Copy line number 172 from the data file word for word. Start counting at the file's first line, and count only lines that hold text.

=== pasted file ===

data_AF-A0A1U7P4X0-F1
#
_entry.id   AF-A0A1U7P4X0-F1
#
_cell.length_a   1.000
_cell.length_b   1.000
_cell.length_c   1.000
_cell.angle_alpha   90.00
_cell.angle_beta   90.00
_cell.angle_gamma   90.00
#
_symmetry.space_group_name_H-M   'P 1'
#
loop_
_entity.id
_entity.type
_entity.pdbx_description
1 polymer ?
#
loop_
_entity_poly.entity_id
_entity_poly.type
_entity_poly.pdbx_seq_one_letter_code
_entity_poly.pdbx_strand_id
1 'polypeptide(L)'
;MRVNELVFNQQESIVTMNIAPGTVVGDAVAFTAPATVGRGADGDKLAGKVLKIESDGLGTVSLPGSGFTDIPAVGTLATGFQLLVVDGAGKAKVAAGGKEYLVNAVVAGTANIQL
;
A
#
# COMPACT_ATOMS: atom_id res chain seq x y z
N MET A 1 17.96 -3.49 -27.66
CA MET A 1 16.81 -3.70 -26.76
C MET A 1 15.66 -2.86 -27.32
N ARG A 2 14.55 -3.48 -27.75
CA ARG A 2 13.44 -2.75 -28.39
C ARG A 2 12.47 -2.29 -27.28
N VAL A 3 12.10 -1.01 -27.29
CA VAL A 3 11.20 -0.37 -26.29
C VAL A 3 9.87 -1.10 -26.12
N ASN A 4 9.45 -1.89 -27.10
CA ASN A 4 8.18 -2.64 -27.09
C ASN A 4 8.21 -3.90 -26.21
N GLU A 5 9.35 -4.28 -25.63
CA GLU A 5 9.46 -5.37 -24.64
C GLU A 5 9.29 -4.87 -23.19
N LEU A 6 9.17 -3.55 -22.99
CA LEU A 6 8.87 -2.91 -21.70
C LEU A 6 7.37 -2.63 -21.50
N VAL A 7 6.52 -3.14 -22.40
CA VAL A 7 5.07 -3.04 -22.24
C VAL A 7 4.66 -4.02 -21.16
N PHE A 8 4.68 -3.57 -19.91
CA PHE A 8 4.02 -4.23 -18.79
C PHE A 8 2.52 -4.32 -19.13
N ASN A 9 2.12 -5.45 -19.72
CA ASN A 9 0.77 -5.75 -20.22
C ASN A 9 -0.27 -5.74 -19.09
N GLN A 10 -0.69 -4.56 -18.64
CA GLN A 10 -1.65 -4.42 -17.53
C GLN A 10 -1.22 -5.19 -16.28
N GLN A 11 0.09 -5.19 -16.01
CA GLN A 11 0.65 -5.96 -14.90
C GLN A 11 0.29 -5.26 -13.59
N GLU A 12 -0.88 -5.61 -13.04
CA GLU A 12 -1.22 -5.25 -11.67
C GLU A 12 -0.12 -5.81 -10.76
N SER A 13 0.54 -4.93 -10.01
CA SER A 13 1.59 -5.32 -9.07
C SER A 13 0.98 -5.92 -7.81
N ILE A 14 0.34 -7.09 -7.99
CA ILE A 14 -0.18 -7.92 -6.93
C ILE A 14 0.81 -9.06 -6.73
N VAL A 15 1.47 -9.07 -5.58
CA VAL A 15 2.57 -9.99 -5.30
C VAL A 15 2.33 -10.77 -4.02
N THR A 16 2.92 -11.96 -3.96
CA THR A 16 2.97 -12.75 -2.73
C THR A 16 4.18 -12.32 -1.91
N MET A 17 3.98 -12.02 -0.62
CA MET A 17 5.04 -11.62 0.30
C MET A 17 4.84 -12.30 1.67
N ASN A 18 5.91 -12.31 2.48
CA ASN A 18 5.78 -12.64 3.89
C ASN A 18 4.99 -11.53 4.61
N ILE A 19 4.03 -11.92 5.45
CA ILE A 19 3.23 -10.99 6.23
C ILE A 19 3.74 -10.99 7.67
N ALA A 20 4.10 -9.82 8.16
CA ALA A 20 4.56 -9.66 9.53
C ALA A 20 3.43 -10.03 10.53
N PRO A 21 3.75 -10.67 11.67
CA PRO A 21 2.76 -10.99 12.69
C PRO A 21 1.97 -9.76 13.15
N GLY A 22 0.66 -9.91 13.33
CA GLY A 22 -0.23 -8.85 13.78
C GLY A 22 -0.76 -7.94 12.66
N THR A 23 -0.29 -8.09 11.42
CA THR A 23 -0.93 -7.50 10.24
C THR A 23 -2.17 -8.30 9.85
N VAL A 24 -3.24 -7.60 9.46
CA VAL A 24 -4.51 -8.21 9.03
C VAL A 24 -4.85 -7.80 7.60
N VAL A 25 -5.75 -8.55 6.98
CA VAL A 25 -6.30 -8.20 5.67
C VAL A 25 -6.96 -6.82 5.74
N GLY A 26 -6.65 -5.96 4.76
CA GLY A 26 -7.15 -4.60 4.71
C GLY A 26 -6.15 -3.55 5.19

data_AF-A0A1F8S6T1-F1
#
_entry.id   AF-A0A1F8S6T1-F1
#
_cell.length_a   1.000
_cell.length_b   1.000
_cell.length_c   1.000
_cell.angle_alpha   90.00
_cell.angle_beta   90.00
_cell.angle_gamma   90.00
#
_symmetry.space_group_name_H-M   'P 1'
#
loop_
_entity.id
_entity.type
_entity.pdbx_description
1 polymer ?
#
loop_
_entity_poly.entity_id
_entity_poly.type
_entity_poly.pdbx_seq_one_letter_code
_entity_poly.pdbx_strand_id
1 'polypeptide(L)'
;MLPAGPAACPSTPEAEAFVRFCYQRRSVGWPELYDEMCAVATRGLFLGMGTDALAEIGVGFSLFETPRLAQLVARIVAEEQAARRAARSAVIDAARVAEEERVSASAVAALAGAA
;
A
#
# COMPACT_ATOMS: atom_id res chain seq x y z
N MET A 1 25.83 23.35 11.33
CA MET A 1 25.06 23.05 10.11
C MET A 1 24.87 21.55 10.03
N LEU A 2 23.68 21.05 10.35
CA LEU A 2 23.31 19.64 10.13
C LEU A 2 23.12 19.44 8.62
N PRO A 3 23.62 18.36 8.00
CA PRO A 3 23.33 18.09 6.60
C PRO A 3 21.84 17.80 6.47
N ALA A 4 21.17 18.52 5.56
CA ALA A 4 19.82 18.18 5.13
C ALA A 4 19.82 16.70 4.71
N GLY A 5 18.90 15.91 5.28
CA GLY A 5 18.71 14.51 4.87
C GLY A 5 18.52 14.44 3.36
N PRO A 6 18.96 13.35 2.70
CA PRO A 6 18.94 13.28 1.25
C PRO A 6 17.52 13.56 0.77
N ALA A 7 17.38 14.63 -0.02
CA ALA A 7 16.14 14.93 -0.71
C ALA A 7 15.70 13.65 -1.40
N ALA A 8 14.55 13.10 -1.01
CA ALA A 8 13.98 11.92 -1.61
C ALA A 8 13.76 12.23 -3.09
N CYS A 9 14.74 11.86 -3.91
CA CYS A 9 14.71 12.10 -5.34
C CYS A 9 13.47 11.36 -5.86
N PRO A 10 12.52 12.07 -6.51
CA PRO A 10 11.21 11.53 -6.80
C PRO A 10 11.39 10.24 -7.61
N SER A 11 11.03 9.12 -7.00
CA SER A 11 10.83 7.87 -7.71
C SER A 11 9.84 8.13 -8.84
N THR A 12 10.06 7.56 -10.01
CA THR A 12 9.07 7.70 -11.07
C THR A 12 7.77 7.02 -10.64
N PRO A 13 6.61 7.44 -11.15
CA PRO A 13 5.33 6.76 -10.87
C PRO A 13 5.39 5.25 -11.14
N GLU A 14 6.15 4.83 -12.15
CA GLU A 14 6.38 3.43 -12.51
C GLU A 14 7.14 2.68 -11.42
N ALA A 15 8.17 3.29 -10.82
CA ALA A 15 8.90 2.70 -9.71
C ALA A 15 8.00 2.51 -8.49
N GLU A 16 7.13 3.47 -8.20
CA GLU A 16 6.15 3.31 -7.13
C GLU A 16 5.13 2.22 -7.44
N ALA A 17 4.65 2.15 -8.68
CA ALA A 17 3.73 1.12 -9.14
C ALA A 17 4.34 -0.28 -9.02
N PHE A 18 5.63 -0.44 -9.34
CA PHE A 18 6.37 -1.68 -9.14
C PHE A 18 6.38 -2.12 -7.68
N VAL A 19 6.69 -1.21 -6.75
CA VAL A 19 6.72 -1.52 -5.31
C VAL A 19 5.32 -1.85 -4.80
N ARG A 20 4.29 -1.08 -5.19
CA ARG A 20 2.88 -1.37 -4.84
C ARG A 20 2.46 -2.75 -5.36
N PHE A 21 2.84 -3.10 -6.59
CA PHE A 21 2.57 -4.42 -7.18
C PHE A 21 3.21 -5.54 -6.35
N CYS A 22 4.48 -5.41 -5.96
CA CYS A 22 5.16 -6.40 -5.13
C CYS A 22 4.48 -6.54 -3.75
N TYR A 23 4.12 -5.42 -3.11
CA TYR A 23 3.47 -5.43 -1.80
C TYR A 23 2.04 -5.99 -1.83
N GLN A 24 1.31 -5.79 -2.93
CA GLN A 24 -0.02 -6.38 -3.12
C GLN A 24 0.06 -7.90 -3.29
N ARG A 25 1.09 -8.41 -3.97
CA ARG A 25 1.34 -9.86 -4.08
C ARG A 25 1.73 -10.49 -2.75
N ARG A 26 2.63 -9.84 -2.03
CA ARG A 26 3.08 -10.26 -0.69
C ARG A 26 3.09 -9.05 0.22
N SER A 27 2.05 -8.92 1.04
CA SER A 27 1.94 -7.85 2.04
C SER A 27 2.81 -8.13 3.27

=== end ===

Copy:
N THR A 12 10.06 7.56 -10.01